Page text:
Accuracy of cystatin C for the detection of abnormal renal function in children undergoing chemotherapy for malignancy: a systematic review using individual patient data

Penny Whiting, Kate Birnie, Jonathan A C Sterne, Catherine Jameson, Rod Skinner, Bob Phillips, Cystatin C in Childhood Cancer Collaboration Group

Research output: Contribution to journalArticleAcademicpeer-review


PURPOSE: We conducted a systematic review and individual patient data (IPD) meta-analysis to examine the utility of cystatin C for evaluation of glomerular function in children with cancer.

METHODS: Eligible studies evaluated the accuracy of cystatin C for detecting poor renal function in children undergoing chemotherapy. Study quality was assessed using QUADAS-2. Authors of four studies shared IPD. We calculated the correlation between log cystatin C and GFR stratified by study and measure of cystatin C. We dichotomized the reference standard at GFR 80 ml/min/1.73m2and stratified cystatin C at 1 mg/l, to calculate sensitivity and specificity in each study and according to age group (0-4, 5-12, and ≥ 13 years). In sensitivity analyses, we investigated different GFR and cystatin C cut points. We used logistic regression to estimate the association of impaired renal function with log cystatin C and quantified diagnostic accuracy using the area under the ROC curve (AUC).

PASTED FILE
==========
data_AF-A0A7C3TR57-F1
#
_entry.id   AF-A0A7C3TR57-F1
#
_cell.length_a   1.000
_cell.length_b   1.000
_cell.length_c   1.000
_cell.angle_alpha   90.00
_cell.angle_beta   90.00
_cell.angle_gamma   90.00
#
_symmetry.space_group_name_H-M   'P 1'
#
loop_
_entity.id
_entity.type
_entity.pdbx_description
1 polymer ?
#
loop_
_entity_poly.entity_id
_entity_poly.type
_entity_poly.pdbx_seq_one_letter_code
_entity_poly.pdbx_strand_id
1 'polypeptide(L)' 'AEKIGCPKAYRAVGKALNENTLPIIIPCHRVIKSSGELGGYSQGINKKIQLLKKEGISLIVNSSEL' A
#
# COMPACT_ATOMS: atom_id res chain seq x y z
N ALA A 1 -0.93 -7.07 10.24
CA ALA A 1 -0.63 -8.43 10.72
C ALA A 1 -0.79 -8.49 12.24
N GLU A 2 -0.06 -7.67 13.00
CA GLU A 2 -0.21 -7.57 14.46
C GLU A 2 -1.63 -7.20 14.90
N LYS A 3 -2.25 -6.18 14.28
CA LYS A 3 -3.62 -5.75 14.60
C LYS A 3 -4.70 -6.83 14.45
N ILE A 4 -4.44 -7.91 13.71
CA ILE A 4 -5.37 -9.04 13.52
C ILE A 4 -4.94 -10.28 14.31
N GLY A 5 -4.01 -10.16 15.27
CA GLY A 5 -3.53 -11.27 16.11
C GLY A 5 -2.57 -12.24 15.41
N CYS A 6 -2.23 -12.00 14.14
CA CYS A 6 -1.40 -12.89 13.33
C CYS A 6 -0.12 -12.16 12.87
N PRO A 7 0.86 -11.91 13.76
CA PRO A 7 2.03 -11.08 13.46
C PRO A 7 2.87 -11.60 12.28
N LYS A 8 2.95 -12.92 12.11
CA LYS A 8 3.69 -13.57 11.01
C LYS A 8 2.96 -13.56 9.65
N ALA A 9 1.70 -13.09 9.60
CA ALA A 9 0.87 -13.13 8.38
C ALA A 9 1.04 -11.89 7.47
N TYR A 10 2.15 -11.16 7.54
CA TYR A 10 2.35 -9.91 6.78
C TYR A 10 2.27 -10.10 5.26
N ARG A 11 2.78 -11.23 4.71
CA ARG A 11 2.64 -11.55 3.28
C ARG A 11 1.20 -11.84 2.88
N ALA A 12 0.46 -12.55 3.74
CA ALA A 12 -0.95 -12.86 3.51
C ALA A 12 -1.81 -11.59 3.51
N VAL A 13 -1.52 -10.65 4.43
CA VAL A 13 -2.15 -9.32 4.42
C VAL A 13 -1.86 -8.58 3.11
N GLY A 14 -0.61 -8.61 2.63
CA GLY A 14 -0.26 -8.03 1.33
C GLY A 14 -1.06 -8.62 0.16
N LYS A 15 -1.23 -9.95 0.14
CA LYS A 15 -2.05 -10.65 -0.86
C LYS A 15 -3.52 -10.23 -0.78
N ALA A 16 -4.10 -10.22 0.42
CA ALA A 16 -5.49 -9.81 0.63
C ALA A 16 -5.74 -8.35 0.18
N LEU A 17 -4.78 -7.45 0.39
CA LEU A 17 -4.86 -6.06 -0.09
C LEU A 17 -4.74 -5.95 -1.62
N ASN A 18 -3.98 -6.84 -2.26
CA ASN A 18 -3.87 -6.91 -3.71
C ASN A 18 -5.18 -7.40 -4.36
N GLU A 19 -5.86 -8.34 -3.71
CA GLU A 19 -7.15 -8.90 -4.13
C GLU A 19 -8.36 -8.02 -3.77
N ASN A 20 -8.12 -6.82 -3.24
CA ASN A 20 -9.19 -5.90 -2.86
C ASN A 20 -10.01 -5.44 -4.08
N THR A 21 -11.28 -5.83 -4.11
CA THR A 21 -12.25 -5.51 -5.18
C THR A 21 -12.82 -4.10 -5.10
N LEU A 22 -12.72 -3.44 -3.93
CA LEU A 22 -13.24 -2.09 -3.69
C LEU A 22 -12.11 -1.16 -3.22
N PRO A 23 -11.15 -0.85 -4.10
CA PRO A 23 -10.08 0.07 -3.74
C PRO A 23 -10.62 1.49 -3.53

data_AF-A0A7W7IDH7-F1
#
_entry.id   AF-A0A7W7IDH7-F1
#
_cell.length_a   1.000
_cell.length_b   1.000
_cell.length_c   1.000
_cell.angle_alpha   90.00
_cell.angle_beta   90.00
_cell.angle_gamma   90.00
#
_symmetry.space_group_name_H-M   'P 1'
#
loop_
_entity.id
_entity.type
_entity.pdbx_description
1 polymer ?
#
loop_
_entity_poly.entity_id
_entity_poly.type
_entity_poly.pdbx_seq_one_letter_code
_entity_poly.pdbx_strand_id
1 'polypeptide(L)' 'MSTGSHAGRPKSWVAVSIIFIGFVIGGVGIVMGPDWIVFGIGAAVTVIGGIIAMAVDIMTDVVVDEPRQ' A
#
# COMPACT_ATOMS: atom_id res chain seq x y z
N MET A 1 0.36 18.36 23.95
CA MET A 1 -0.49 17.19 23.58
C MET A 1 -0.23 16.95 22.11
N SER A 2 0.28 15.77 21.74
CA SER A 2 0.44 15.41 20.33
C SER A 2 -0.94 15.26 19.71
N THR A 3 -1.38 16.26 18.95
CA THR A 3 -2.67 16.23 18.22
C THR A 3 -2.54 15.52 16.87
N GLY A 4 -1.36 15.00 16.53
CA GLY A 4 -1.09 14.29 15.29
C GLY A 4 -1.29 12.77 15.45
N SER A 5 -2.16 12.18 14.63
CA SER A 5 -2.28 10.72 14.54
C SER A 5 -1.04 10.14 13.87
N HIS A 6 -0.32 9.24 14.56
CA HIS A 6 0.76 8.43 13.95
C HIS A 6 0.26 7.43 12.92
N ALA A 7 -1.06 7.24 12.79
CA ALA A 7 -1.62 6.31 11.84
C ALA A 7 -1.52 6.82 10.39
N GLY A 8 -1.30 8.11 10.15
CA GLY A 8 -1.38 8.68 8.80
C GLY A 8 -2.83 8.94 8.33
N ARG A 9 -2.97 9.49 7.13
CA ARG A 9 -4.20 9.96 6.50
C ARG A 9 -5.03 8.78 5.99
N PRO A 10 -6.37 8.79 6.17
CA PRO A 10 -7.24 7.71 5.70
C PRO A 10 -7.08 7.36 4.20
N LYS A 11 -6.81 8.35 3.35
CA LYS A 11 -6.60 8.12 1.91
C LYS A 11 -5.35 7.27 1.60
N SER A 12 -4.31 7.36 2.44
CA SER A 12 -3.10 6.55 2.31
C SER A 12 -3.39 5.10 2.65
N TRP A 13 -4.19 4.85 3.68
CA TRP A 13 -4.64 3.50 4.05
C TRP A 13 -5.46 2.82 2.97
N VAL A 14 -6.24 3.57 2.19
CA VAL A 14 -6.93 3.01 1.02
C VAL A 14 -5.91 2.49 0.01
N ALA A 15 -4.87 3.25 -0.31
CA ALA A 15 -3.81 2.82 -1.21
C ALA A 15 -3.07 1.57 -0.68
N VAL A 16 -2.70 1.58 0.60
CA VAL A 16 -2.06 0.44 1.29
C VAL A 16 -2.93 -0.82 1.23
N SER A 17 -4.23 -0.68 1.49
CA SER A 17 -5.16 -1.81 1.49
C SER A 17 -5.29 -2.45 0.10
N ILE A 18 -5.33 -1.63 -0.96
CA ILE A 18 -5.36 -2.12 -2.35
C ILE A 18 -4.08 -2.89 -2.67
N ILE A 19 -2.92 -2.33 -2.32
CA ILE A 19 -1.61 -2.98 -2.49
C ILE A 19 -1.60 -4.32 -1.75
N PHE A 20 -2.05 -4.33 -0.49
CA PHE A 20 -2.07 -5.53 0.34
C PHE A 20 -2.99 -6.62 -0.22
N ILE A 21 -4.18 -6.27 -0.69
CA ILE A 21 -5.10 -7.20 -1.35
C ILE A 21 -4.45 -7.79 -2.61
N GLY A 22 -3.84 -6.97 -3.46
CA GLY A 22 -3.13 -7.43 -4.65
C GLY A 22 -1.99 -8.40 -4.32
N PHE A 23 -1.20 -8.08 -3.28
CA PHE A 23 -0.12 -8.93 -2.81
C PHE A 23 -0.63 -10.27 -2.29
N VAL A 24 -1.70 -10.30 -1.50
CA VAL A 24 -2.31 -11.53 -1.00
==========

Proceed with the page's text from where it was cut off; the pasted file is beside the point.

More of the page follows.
RESULTS: Six studies, which used different test and reference standard thresholds, suggested that cystatin C has the potential to monitor renal function in children undergoing chemotherapy for malignancy. IPD data (504 samples, 209 children) showed that cystatin C has poor sensitivity (63%) and moderate specificity (89%), although use of a GFR cut point of < 60 ml/min/1.73m2(data only available from two of the studies) estimated sensitivity to be 92% and specificity 81.3%. The AUC for the combined data set was 0.890 (95% CI 0.826, 0.951). Diagnostic accuracy appeared to decrease with age.

CONCLUSIONS: Cystatin C has better diagnostic accuracy than creatinine as a test for glomerular dysfunction in young people undergoing treatment for cancer. Diagnostic accuracy is not sufficient for it to replace current reference standards for predicting clinically relevant impairments that may alter dosing of important nephrotoxic agents.

Original languageEnglish
Pages (from-to)1635-1644
Number of pages10
JournalSupportive Care in Cancer
Issue number5
Early online date6 Dec 2017
Publication statusPublished - 1 May 2018
Externally publishedYes

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